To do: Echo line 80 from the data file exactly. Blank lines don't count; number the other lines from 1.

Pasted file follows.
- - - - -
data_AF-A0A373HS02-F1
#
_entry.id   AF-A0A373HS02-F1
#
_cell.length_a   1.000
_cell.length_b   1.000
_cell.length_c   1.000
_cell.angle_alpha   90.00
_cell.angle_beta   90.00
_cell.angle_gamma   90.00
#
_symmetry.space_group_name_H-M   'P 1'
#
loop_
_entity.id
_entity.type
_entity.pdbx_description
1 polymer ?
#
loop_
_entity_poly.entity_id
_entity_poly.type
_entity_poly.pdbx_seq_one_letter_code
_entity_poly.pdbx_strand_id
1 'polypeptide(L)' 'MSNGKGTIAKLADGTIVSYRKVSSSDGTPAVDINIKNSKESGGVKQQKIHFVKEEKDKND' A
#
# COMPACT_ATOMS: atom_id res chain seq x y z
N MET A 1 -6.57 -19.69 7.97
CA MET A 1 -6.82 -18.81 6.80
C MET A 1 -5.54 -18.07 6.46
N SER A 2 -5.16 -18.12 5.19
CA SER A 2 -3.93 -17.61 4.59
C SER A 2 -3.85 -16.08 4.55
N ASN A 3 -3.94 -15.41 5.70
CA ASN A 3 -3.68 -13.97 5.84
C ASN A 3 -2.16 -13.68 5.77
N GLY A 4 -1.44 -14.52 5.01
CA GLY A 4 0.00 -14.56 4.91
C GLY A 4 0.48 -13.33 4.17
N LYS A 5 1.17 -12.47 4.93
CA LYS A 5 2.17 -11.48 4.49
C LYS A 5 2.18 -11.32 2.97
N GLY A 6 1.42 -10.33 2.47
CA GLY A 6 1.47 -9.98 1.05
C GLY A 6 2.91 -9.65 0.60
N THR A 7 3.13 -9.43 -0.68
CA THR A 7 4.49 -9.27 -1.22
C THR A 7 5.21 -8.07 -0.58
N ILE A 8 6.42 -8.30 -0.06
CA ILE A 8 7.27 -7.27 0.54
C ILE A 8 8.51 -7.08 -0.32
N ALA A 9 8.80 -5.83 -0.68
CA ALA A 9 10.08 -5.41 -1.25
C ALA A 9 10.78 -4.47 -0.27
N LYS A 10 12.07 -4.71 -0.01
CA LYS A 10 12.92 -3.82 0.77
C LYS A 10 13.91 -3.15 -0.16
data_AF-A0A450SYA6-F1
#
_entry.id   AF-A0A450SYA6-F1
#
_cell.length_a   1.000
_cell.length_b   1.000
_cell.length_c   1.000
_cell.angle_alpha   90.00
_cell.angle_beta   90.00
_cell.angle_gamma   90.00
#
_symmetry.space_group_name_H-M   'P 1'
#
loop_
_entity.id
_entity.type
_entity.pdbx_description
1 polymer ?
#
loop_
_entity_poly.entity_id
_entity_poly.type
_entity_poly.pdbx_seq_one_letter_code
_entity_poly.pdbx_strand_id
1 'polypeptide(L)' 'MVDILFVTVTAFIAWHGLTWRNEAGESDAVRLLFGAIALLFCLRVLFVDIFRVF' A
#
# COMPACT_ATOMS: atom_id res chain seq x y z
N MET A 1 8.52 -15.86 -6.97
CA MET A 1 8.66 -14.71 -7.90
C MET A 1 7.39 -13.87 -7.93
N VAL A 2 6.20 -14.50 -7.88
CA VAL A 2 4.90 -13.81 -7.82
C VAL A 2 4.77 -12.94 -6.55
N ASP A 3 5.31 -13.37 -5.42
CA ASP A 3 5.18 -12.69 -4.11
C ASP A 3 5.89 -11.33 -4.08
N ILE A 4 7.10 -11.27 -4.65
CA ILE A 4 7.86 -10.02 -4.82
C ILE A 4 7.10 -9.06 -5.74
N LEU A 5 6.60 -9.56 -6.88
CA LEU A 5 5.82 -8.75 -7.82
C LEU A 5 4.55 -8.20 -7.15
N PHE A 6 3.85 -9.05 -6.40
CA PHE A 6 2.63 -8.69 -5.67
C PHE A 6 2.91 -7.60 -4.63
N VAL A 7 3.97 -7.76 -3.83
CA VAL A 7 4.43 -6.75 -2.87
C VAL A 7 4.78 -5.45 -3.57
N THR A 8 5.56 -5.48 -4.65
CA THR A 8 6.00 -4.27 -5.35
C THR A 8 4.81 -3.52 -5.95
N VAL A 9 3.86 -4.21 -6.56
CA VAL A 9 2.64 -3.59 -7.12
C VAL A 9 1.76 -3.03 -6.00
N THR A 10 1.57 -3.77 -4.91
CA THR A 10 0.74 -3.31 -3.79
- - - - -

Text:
_entity_poly.pdbx_seq_one_letter_code